Leading health professionals in the U.K. have called on the government to introduce a carbon tax on high-emissions foods, such as meat and dairy products. It is part of a suite of measures being recommended to slash the country’s food-related greenhouse gas emissions and improve public health.
Published on Wednesday (November 4), a new report by the U.K. Health Alliance on Climate Change (UKHACC) is calling for new food labelling and policies to decarbonise the country’s food system. The body represents leading health professionals in the country from British Medical Association, British Medical Journal, the Lancet and 18 other health organisations, and says that there must be a radical transformation in food consumption and production, which makes up over a quarter of the world’s total greenhouse gas emissions.
Red meat consumption will need to be cut by half if the food system is to stay within sustainable environmental limits. Changing our diets in this way will not only help to mitigate climate change but will also improve our health.UKHACC Report
According to the study, more than two-thirds (68%) of the country’s health professionals are now deeply concerned about the impact of food on the climate, and agree that dietary changes such as reducing meat intake must be at the heart of food policies going forward to improve both the health of the planet and people.
“I am the first to admit that I enjoy a steak every now and then, but it’s clear that if we are to avoid dangerous levels of global warming we must start to reconsider our attitudes to food.” said Professor Andrew Goddard, president of the Royal College of Physicians.
“It will be necessary for individuals and organisations to change their behaviour to reduce food’s contribution to the climate emergency, and the NHS in England has recently set a target to become carbon neutral by 2040,” the authors of the report write. “However, UKHACC believes that the Government must do more to encourage, enable and support these changes.”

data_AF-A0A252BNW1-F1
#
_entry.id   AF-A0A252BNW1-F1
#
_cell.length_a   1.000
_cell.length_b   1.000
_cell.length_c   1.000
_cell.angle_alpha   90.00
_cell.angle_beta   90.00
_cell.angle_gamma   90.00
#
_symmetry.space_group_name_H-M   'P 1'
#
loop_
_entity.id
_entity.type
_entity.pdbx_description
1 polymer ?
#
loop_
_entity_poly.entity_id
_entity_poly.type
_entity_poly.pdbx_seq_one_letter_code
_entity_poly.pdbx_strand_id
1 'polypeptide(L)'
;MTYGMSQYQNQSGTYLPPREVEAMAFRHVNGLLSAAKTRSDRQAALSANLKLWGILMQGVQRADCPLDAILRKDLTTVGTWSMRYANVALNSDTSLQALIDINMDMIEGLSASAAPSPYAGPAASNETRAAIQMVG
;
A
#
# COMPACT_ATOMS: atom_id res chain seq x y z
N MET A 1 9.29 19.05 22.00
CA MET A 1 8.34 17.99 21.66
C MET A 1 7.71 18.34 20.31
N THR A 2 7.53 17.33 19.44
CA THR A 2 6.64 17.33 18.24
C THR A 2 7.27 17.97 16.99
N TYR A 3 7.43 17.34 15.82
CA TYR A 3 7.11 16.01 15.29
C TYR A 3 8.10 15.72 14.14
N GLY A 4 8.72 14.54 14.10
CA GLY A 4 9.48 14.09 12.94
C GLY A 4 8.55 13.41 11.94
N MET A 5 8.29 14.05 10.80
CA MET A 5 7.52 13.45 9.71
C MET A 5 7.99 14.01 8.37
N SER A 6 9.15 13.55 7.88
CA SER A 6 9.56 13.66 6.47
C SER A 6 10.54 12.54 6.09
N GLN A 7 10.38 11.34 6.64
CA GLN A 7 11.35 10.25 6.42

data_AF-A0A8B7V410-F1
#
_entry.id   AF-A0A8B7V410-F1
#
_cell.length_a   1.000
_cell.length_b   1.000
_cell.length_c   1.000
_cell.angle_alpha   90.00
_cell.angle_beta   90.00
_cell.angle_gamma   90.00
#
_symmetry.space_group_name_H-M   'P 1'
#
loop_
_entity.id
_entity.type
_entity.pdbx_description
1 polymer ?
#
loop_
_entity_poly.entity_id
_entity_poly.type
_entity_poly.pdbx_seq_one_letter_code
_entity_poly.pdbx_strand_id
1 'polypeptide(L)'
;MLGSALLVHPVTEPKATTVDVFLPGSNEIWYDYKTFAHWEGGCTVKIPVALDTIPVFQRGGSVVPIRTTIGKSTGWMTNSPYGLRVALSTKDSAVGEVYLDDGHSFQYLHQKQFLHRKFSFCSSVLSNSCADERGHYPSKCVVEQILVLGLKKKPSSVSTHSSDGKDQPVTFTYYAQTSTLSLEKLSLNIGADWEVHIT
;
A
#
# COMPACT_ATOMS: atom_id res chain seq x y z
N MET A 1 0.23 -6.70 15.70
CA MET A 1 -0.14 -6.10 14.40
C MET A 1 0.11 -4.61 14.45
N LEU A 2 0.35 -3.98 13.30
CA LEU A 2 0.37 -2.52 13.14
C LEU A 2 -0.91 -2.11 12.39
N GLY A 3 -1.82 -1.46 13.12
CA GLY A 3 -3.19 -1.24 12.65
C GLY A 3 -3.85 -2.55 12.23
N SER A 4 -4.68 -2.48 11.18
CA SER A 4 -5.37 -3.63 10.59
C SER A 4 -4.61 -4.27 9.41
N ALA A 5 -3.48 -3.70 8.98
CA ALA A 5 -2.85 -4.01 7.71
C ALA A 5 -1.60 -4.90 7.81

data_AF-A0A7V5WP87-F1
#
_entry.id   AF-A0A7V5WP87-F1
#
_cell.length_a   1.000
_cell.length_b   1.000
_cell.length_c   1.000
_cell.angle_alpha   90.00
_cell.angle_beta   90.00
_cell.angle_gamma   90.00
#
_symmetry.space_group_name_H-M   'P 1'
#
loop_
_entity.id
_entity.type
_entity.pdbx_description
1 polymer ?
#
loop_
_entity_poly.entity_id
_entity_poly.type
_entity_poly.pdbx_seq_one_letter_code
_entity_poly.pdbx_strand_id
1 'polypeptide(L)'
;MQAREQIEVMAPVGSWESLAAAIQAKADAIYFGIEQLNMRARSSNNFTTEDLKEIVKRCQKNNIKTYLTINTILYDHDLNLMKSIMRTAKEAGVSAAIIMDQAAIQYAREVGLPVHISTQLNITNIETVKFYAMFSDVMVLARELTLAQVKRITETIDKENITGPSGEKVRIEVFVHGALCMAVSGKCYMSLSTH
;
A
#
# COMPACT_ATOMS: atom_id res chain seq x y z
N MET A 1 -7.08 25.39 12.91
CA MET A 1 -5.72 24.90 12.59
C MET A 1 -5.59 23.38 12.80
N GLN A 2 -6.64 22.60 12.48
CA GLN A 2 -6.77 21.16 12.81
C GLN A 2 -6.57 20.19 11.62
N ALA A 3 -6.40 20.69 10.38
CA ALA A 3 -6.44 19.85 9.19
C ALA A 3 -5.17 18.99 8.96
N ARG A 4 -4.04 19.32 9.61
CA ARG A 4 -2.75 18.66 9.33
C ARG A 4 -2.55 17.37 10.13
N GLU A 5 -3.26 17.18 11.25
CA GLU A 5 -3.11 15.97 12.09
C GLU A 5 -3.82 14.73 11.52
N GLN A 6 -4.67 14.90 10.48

Among some of the measures that the paper outlines include improving public information on the climate impact of dietary choices and introducing environmental food labelling to help consumers take sustainable action. The alliance also advises the government to change public procurement rules to require all procured food to meet minimum environmental standards.
In addition, the UKHACC report suggests that a carbon tax should be introduced on foods with a high environmental footprint, such as meat, if voluntary action from the food industry is not taken by 2025. Given that carbon-intensive animal products tend to also be unhealthy, experts believe that the levy could boost overall public health, in particular in lowering rates of stroke, heart disease, diabetes and death from all causes.
It will be necessary for individuals and organisations to change their behaviour to reduce food’s contribution to the climate emergency.UKHACC Report
“Fiscal incentives have proven effective in changing behaviour and the so-called ‘Sugar Tax’ demonstrates that it is possible to develop such mechanisms in relation to food,” the report writes. “Red meat consumption will need to be cut by half if the food system is to stay within sustainable environmental limits. Changing our diets in this way will not only help to mitigate climate change but will also improve our health.”
Carbon food labelling is already being tested by some companies around Europe as a part of their sustainability initiatives and aim to help consumers make more informed food decisions. Swedish food brand Felix, for instance, has recently opened up a new Climate Store where customers will have to pay using a “carbon currency” – the higher the environmental footprint, the costlier the product.
Meanwhile, German discount retailer Penny launched a campaign showing consumers the hidden environmental cost of food alongside its retail price, which saw meat and dairy products priced significantly higher. Minced meat was nearly three times more expensive and the cost of cow’s milk doubled.
The calls of U.K. health professionals come as multiple studies and expert reports have indicated the need for a mass shift away from animal meat consumption. In September, research pointed out that moving to plant-based proteins could remove more than a decade of emissions, and also crucially protect biodiversity, which would reduce the risks of future pandemics.
Lead image courtesy of Dawn Endico / Flickr.